Here is the reason why this book won’t sell beyond the converted-to-rationalism crowd. It is no secret that Dawkins has a low regard for religious belief. In his Delusion, Dawkins equates that religious belief is tantamount to loss of rationality. There is no religion in the world that can afford to sacrifice rationality. Of all the world’s religions, the one that Dawkins dislikes for all sorts of reasons, Roman Catholicism has the most developed theological system, whose understanding of which; requires reason. And that is the reason why Catholic clergy have to undergo years of philosophical training. This simplistic view of faith and reason has led one critic to write that “Dawkins discusses Aquinas in a rather stereotypical way” Is Aquinas vacuous as Dawkins alleges? The hollowness of Dawkins’ “us rationalists and them believers who have a monopoly on truth” arguments is the one that gave me a headache.

Dawkins moves on to ethics and even to a discussion of purgatory and theological support of it. Here is where he makes a travesty of philosophical debate and by extension, theological reflection. His defence of abortion is something expected of fundamentalists. Here he describes strong opponents of abortion as “almost all deeply religious” (really now Mr Professor Dawkins?!) and supporters as “consequentialists”. Other philosophers have discussed why consequentialism is flawed. This caricature of the abortion debate won’t help pro and anti-abortion advocates come up with a reasoned approach to this contentious subject.

Dawkins caricature of the theology of purgatory exposes his laughable ignorance of Catholic systematic theology. I really do not see the reason why an evolutionary biologist would question how sins are forgiven in purgatory.

The Dawkinian conclusion that “there is almost certainly there is no God” sounds so laughable and a bizarre non-sequitur since Dawkins himself admits that we don’t have yet a “crane” in physics and cosmology to explain how the cosmos came ex nihilo. And yet he declares that we will have one. Well I call that faith. Now is Dawkins’ faith in the pre-eminence of a physical theory of the creation of the universe absolute or probabilistic? With regards to God, the improbability of existence is not evidence of the probability of absence. Any philosophical argument of existence based on probability may be falsified. Here is where theology and science would part.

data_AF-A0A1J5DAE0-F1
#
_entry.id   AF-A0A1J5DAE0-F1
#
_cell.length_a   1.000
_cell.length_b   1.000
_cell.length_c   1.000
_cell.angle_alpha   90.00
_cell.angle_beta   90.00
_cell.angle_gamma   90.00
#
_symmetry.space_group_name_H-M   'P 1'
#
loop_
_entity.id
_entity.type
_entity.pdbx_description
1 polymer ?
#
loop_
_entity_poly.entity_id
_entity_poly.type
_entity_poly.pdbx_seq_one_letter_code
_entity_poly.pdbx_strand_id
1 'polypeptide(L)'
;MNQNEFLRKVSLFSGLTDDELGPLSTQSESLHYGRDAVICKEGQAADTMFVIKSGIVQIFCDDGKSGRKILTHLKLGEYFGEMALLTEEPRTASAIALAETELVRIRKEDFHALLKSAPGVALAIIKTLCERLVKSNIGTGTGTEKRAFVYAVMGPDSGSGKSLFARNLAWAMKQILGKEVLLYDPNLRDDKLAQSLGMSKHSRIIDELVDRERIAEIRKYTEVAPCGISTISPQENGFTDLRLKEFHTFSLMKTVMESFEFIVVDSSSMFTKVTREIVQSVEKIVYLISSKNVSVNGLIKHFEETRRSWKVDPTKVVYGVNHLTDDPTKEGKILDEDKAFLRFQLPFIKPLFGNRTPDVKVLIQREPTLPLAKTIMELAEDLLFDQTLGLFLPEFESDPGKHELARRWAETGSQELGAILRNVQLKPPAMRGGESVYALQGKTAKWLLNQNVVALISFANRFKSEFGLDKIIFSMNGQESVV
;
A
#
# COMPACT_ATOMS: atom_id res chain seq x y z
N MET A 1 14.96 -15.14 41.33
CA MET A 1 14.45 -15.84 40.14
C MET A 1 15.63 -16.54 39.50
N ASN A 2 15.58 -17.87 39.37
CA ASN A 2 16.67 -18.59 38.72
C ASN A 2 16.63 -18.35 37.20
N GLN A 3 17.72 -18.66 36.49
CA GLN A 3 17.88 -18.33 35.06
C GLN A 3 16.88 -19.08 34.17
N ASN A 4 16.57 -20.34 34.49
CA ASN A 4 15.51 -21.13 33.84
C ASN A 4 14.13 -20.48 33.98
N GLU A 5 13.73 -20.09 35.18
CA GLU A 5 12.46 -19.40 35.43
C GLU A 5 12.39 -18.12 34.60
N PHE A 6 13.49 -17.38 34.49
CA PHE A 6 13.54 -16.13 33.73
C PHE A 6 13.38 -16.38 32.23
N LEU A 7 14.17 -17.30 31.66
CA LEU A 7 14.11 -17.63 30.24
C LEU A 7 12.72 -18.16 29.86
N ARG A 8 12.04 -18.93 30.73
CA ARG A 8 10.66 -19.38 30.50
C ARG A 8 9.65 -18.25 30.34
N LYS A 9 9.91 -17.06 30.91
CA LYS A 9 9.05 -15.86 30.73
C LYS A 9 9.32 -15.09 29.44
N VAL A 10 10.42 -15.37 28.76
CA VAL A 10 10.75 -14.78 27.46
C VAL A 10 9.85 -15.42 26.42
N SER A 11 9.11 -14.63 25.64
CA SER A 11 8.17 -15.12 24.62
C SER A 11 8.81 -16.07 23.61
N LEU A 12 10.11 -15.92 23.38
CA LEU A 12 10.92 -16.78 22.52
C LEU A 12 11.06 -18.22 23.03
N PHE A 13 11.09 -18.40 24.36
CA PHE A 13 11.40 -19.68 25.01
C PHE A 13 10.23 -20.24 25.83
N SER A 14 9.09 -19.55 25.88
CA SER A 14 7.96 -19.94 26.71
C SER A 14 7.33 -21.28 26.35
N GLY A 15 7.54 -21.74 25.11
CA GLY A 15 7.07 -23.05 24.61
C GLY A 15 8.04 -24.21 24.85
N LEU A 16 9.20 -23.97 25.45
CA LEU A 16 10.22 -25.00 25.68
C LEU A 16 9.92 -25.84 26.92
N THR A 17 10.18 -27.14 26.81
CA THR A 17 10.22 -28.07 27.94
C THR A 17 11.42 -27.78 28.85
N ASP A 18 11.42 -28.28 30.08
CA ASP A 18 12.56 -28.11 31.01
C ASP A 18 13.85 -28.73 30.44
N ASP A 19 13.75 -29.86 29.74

And the comic relief in this book is where Dawkins has to say that a majority of fellows of the Royal Society and the American National Academy of Science are atheists (the results of the surveys are tentative). It is not relevant to the argument of God’s existence if eminent scientists are atheists or not. I am so tempted to conclude from Dawkins’ argument that atheism is some sort of social construct that maintains the stability of the Royal Society. Now in the wider world, atheism seems to be a maladaptive meme. After all, how come still many people believe in God? God seems to be an adaptive meme.

The spectacle we would want to see is a debate and discussion between the Oxford Don and the Don of Regensberg. Both have their cathedras but one cathedra has the pallium and infallibility. Either way, they hath offended and given me a headache.

Who would the lotto winner attribute his win? And if God did play dice with the universe, he’d win and confound Richard Dawkins.

So I would have to say some prayer to Saint Galileo Galilei!

Feast of Saint Albert the Great patron saint of Scientists and Science